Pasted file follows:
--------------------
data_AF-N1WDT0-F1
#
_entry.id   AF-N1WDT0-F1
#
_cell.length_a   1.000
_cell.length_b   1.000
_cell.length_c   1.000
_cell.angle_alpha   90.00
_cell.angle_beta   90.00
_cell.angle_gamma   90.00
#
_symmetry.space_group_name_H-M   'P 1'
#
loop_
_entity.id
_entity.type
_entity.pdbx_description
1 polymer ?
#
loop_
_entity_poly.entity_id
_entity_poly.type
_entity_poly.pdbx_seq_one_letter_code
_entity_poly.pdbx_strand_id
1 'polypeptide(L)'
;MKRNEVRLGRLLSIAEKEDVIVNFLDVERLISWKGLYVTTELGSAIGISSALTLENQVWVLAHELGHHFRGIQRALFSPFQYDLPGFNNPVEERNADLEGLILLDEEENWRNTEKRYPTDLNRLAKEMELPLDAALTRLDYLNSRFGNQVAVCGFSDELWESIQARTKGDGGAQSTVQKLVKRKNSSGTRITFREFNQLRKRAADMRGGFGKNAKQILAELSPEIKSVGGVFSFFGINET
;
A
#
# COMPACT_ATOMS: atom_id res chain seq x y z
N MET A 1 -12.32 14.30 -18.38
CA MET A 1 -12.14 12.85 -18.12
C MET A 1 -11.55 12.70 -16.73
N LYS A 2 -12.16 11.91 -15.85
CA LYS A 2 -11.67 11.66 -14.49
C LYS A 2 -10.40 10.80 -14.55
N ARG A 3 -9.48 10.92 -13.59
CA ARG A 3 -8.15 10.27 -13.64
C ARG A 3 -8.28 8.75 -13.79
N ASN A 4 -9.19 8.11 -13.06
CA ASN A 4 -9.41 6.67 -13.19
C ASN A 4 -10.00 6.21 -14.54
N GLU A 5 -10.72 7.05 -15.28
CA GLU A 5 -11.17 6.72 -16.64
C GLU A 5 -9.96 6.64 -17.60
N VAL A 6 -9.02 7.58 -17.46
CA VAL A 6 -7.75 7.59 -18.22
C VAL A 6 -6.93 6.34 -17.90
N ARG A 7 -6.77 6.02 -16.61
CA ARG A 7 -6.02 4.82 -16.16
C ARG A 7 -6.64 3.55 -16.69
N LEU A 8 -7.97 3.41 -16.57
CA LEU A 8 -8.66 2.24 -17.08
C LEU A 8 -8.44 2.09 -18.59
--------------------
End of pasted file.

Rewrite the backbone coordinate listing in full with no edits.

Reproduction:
data_AF-N1WDT0-F1
#
_entry.id   AF-N1WDT0-F1
#
_cell.length_a   1.000
_cell.length_b   1.000
_cell.length_c   1.000
_cell.angle_alpha   90.00
_cell.angle_beta   90.00
_cell.angle_gamma   90.00
#
_symmetry.space_group_name_H-M   'P 1'
#
loop_
_entity.id
_entity.type
_entity.pdbx_description
1 polymer ?
#
loop_
_entity_poly.entity_id
_entity_poly.type
_entity_poly.pdbx_seq_one_letter_code
_entity_poly.pdbx_strand_id
1 'polypeptide(L)'
;MKRNEVRLGRLLSIAEKEDVIVNFLDVERLISWKGLYVTTELGSAIGISSALTLENQVWVLAHELGHHFRGIQRALFSPFQYDLPGFNNPVEERNADLEGLILLDEEENWRNTEKRYPTDLNRLAKEMELPLDAALTRLDYLNSRFGNQVAVCGFSDELWESIQARTKGDGGAQSTVQKLVKRKNSSGTRITFREFNQLRKRAADMRGGFGKNAKQILAELSPEIKSVGGVFSFFGINET
;
A
#
# COMPACT_ATOMS: atom_id res chain seq x y z
N MET A 1 -12.32 14.30 -18.38
CA MET A 1 -12.14 12.85 -18.12
C MET A 1 -11.55 12.70 -16.73
N LYS A 2 -12.16 11.91 -15.85
CA LYS A 2 -11.67 11.66 -14.49
C LYS A 2 -10.40 10.80 -14.55
N ARG A 3 -9.48 10.92 -13.59
CA ARG A 3 -8.15 10.27 -13.64
C ARG A 3 -8.28 8.75 -13.79
N ASN A 4 -9.19 8.11 -13.06
CA ASN A 4 -9.41 6.67 -13.19
C ASN A 4 -10.00 6.21 -14.54
N GLU A 5 -10.72 7.05 -15.28
CA GLU A 5 -11.17 6.72 -16.64
C GLU A 5 -9.96 6.64 -17.60
N VAL A 6 -9.02 7.58 -17.46
CA VAL A 6 -7.75 7.59 -18.22
C VAL A 6 -6.93 6.34 -17.90
N ARG A 7 -6.77 6.02 -16.61
CA ARG A 7 -6.02 4.82 -16.16
C ARG A 7 -6.64 3.55 -16.69
N LEU A 8 -7.97 3.41 -16.57
CA LEU A 8 -8.66 2.24 -17.08
C LEU A 8 -8.44 2.09 -18.59